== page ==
We have had the chance to check out a new psychological horror title known as The Town of Light. This follows a schizophrenic girl named Renée as she explores the asylum she was kept in when she was younger. Will her tale be an interesting one, or will it simply fall flat?
As noted, you take on the role of Renée, a fictional schizophrenic girl, as she explores a mental asylum that imprisoned her when she was a teenager. Every room you explore features forgotten memories, as those who were in the asylum, if they were truly lucky, were just left to suffer on their own. If, however, they were like Renée, they had a special interest taken in them, and this is where the horror lies.
As you explore the asylum, seeking answers, you are forced to face up to the abuse that she suffered. It is quite sickening, and honestly left me feeling disgusted quite often as I played, feeling my face screw up in rage as I witnessed the crap that she was forced to live through. The fact that the title is based on events from a real closed asylum, Volterra, makes the game even more horrific. People who came for help are abused and defenseless as nobody wishes to believe a crazy person, after all.
As she continues to explore the asylum, Renée’s psyche appears to revert to when she was trapped within at the age of sixteen. Her voice tends to soften, and she is both confused yet curious, and further regresses as you explore more of the asylum. And it can easily begin to feel as if you are dooming poor Renée yourself as you explore the asylum and witness her memories.
The only companion that Renée has that she can trust is none other than an old doll known as Charlotte. She has unwavering dedication to this doll, believing it to be her protector, and thus aims to keep it safe within the asylum.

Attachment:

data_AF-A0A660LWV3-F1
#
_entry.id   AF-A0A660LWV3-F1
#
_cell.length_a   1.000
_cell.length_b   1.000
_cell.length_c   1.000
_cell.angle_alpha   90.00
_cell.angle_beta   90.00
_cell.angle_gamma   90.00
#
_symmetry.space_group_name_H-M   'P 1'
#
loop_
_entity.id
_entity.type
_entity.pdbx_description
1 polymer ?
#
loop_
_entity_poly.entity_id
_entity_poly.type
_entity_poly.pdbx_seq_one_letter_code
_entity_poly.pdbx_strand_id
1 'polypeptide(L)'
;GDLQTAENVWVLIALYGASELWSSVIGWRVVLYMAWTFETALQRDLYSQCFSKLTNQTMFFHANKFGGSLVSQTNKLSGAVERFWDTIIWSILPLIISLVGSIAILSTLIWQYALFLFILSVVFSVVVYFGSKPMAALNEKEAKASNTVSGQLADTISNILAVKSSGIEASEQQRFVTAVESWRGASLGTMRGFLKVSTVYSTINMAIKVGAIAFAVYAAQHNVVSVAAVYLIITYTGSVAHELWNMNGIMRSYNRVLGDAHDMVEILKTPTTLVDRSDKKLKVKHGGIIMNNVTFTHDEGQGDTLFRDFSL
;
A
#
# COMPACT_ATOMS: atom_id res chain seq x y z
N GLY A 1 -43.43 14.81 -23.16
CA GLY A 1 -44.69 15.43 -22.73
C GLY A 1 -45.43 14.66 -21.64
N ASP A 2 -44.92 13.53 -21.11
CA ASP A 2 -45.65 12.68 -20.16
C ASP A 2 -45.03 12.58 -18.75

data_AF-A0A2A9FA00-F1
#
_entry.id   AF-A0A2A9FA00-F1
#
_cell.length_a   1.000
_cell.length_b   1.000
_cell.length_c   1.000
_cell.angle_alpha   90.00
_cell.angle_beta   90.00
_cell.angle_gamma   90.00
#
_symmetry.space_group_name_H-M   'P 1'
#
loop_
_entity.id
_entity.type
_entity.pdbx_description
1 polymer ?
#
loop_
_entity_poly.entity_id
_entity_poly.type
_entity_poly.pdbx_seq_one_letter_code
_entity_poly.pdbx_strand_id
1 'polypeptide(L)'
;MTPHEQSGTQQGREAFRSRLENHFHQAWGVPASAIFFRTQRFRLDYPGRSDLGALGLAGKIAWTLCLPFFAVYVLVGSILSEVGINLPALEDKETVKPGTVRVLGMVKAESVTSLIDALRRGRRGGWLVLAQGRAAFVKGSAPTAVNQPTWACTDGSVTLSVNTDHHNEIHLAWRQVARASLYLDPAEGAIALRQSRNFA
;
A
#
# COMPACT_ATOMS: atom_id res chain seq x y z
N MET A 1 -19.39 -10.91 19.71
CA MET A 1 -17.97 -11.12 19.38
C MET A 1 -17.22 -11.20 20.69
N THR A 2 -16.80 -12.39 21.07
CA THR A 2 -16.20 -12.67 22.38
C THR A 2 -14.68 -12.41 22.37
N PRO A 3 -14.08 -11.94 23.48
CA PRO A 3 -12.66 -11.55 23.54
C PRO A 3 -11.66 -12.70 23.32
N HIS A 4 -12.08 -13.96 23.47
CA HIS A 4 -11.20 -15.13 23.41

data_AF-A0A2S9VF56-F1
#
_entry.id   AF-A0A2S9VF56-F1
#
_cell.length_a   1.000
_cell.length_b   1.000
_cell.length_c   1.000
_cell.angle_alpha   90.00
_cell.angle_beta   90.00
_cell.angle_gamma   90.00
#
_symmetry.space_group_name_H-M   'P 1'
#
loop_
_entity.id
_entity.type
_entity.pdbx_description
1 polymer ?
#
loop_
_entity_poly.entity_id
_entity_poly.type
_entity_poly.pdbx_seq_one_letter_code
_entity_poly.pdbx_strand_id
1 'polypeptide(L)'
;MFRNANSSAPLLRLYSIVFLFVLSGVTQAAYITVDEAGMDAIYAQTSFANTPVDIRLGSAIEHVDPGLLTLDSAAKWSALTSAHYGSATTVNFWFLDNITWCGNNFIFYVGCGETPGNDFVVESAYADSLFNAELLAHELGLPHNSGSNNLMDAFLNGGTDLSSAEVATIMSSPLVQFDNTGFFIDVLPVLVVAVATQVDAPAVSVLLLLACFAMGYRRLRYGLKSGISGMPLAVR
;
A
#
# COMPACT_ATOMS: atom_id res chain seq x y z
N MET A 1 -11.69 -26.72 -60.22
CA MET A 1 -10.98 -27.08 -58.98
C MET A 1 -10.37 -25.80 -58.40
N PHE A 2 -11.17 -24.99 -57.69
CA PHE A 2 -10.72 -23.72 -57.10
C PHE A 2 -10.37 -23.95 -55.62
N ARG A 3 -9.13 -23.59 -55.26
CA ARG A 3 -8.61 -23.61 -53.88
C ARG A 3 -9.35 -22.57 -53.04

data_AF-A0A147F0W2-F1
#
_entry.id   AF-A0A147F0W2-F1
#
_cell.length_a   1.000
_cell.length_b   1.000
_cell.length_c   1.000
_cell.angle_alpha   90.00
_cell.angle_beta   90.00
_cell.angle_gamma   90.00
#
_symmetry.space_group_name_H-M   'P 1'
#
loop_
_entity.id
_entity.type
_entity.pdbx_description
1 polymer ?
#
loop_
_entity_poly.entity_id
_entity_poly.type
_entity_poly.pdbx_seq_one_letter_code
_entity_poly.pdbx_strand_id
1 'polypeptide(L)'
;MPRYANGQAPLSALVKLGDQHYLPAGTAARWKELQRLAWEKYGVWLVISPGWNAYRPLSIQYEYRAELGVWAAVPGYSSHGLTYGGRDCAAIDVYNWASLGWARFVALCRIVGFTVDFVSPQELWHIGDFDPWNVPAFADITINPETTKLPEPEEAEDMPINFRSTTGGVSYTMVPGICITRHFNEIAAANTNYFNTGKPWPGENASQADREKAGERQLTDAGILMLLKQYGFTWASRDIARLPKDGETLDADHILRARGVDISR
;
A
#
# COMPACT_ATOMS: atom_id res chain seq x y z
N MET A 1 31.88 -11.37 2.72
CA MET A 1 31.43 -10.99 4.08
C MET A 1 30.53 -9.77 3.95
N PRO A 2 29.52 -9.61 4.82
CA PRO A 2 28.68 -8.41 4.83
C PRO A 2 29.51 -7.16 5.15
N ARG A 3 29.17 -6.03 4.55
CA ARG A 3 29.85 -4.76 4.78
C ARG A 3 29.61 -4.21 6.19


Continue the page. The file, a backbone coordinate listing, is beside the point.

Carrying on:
Honestly, in terms of gameplay, there isn’t all that much to explain. You venture through the areas, searching for something to trigger another memory. There are several puzzles, which some may seem nonsensical at first, but when taken into consideration with her schizophrenia and the fact that she was indeed horribly abused, begin to actually make sense.
The story path itself is also non-linear, with your answers to her mental questions helping shape the path. Of course, even the answers you believe may support the poor girl may easily be taken in a negative way, which can be truly depressing.
Renée’s journey is only one of likely many, and begs one to wonder; How many others in real life have suffered the kind of abuse upon seeking help that she did? How many still do? And what can we do to help them out? It truly makes one think, and the touchy subject is handled quite well by the developer. Of course, if you are looking for a game to make you feel good, you definitely want to avoid this title, but others will find a compelling story to be told within.
Final score: 4/5